Blood is fundamental for the functions of the Heart; in other words, in order to carry out the heart’s physiological functions, it needs to be nourished by Blood. Also, the Heart is where the Shen (consciousness, mind) resides and when Blood- Heart is deficient, the Shen has no residence (Heart isn’t nourishing Blood so the physiological responsibility of housing the Mind is damaged) and the Mind becomes anxious and depressed. This leads to fatigue, insomnia, mild anxiety, and a state of depression: mentally, the mother may feel guilty or angry, loses her libido, becomes tearful, or feels unable to cope. From deficient Blood, other problems may crop up: in women who are susceptible to deficient Yin and who are also predisposed to deficient Yin, after some time, their condition may give rise to Empty Heat and Yin deficiency. This can lead to an even more severe type of depression with more intense agitation, mental restlessness, insomnia, and anxiety.

After childbirth, issues of psychotic, phobic, obsessive or neurotic behavior can come about usually due to Blood stagnancy vexing the Mind (rather than Heat-Phlegm, which is more common). In such instances, the woman is not only confused but also depressed. She may exhibit phobias, obsessive behaviors and, in severe cases, may exhibit schizophrenic and even psychotic behavior. She may be offensive and aggressive, may have delusions and hallucinations, display suicidal ideations, and even harbor harmful intents against her baby.

PPD Pathology and Etiology

While several patterns of disharmony exist, we will turn our attention on Blood pathologies: 1) Constitutional Predisposition to Emotional-Mental Problems, 2) Blood Stasis post Childbirth, and 3) Excessive Blood Loss during Childbirth:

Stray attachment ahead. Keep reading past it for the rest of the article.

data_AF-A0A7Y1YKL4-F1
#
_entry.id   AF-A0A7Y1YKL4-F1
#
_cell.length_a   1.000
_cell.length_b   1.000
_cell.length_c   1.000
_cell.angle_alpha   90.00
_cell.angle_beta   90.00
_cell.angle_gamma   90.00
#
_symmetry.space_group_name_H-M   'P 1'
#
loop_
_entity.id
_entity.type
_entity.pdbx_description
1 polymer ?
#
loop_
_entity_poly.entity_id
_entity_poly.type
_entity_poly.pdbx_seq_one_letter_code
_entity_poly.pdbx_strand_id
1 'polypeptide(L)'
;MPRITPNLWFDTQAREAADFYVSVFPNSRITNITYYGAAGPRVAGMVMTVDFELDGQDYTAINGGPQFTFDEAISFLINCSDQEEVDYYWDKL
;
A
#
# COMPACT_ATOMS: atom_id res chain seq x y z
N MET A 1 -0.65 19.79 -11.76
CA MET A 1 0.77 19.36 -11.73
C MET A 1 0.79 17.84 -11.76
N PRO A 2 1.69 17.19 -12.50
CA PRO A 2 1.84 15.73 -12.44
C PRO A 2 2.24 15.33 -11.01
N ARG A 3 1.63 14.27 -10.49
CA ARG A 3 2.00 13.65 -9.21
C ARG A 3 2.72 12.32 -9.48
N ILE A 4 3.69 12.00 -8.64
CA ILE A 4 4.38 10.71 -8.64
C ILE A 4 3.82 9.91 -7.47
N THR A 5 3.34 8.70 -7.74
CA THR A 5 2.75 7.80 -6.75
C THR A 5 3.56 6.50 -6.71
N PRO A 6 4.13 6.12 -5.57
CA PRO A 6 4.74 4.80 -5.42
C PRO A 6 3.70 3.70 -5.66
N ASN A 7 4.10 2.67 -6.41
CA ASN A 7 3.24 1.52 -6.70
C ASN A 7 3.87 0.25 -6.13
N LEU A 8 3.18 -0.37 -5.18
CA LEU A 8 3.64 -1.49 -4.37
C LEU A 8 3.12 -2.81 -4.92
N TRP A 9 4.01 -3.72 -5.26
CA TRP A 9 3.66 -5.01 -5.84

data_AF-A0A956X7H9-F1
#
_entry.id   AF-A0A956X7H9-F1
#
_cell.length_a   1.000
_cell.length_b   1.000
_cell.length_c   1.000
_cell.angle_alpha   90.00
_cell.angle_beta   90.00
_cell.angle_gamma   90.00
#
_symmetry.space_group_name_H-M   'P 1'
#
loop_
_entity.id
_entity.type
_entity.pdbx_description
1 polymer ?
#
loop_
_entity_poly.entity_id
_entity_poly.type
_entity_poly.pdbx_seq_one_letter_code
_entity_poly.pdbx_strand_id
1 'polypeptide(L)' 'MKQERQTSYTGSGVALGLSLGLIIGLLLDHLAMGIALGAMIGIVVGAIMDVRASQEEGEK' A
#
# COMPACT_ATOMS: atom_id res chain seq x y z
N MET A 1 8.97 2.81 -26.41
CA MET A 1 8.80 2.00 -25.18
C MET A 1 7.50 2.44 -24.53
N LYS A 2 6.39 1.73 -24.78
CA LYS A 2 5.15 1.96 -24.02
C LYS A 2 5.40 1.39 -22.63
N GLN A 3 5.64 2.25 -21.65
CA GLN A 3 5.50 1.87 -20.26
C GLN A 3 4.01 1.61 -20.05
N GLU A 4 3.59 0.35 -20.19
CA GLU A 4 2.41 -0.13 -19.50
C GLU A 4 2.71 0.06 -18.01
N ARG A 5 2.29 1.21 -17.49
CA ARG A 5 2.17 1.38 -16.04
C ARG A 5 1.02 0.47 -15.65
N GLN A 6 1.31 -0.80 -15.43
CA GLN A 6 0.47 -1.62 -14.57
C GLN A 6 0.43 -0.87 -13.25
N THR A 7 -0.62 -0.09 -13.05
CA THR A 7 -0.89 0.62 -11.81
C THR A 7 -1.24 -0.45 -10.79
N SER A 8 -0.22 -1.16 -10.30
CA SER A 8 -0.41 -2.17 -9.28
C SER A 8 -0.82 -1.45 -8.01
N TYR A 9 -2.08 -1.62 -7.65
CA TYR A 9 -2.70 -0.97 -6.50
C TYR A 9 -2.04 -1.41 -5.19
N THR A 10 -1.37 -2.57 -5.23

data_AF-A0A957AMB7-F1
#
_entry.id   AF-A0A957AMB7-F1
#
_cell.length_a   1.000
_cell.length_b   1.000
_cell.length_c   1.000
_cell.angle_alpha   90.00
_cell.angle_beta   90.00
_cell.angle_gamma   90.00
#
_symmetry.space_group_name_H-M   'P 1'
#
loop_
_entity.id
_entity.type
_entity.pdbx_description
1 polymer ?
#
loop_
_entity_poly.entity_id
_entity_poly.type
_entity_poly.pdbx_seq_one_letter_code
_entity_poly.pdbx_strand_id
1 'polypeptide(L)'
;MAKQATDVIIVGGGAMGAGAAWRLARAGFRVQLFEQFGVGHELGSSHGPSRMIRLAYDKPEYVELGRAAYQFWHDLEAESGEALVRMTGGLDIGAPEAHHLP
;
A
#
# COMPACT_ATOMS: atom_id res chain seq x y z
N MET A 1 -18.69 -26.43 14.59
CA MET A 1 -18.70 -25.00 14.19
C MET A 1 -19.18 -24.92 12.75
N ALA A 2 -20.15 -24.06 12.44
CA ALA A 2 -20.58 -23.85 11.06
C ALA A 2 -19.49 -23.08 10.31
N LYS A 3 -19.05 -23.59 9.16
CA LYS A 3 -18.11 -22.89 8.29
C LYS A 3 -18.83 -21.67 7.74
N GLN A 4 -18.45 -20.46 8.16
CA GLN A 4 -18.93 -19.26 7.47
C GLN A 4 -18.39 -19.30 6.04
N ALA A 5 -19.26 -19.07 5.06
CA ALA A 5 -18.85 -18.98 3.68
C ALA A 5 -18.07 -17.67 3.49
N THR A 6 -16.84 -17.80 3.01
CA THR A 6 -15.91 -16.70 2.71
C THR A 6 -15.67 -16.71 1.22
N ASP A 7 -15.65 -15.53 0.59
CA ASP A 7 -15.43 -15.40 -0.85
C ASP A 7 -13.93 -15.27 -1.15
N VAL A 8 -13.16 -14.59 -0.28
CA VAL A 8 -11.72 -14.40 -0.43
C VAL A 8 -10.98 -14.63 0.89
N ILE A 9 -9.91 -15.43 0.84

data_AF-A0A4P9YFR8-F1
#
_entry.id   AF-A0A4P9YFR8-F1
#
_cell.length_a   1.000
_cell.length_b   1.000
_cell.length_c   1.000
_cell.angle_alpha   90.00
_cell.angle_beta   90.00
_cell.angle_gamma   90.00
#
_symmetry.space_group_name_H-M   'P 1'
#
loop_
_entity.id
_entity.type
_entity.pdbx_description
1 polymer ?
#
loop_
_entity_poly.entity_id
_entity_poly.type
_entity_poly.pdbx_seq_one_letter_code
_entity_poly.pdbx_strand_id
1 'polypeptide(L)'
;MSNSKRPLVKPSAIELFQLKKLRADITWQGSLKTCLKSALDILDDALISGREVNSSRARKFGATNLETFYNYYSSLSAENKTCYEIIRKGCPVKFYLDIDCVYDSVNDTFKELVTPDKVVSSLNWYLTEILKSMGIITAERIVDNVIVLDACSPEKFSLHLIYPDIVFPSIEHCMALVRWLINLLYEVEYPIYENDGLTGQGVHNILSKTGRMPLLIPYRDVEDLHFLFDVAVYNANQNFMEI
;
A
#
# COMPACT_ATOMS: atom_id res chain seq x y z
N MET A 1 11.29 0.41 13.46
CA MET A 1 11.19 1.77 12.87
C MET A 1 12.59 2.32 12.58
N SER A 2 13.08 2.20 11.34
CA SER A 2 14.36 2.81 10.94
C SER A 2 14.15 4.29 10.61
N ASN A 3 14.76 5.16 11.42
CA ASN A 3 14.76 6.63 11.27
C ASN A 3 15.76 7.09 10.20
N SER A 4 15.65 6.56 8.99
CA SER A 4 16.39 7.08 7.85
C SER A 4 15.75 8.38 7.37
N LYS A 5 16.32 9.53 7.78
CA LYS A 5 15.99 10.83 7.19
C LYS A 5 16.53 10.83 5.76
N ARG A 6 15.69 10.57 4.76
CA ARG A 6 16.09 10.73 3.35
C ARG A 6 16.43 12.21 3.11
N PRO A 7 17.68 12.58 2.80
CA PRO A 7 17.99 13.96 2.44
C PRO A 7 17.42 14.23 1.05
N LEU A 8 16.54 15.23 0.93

1. Constitutional Predisposition to Mental-Emotional Problems – Often the reason for the occurrence of mental problems post childbirth, a constitutional predisposition to emotional-mental problems leads to signs that may include a tongue with a deep Heart crack, a “hammer-shaped” tongue, eyes without shen or eyes lacking any glitter, and an extremely swollen tongue with a extremely sticky fur.
  1. Blood stasis post childbirth – This condition frequently occurs in women who have a past history of Blood stasis. In the Penetrating Vessel, Blood stagnancy rebels upwards and vexes the Heart (the organ by which the Penetrating Vessel flows): blood stagnancy blocks and vexes the Mind as the Heart houses the Mind and governs Blood. This is an example of Mind Blocked and Unsettled.
  1. Excessive blood loss during childbirth – This imbalance often leads to deficient Blood; since the Heart governs Blood and houses the consciousness (Mind), Heart Blood deficiency is unable to house the Mind. In women with a history Blood deficiency, this condition may develop even if the blood loss during childbirth is not that quite heavy. Blood Deficiency will lead to depression that, in turn, leads a case of Mind Weakened; if the Blood deficiency leads to insomnia and anxiety, it may result in Mind Unsettled and Weakened.

Clinical Signs and Treatment

Blood is central to PPD pathology: this may be either due to Blood stasis, deficient Blood turning into deficient Yin, or deficient Blood. For proper diagnosis and treatment, we very much recommend that the woman consult with a doctor of Chinese medicine.

Conclusion

PPD works extremely well Chinese nutritional therapy, herbal medicine, moxibustion, and acupuncture in Boca Raton. Almost all cases can be treated within a relatively short period of time.